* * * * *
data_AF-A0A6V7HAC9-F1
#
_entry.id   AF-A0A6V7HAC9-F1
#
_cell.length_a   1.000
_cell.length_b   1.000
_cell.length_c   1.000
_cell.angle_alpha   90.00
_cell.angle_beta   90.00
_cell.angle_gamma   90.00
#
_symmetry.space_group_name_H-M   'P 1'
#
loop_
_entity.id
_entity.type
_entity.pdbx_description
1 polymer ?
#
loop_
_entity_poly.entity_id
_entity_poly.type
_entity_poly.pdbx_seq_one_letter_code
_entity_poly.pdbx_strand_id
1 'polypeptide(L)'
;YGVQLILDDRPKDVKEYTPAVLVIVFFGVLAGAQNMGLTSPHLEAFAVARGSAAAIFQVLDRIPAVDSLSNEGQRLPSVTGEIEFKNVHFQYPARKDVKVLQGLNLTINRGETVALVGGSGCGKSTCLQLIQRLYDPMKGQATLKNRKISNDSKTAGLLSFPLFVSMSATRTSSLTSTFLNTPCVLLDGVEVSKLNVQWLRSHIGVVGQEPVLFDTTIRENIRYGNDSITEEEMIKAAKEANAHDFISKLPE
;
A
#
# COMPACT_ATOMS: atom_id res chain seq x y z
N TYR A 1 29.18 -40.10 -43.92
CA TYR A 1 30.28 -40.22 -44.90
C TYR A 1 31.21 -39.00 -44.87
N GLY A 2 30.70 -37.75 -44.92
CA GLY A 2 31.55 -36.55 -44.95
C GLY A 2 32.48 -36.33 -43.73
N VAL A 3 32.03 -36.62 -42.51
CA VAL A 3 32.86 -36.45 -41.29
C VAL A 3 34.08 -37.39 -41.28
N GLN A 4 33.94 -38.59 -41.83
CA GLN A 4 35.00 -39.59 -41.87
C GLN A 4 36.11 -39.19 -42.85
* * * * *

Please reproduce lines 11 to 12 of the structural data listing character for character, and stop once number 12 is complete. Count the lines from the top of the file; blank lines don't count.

#
_symmetry.space_group_name_H-M   'P 1'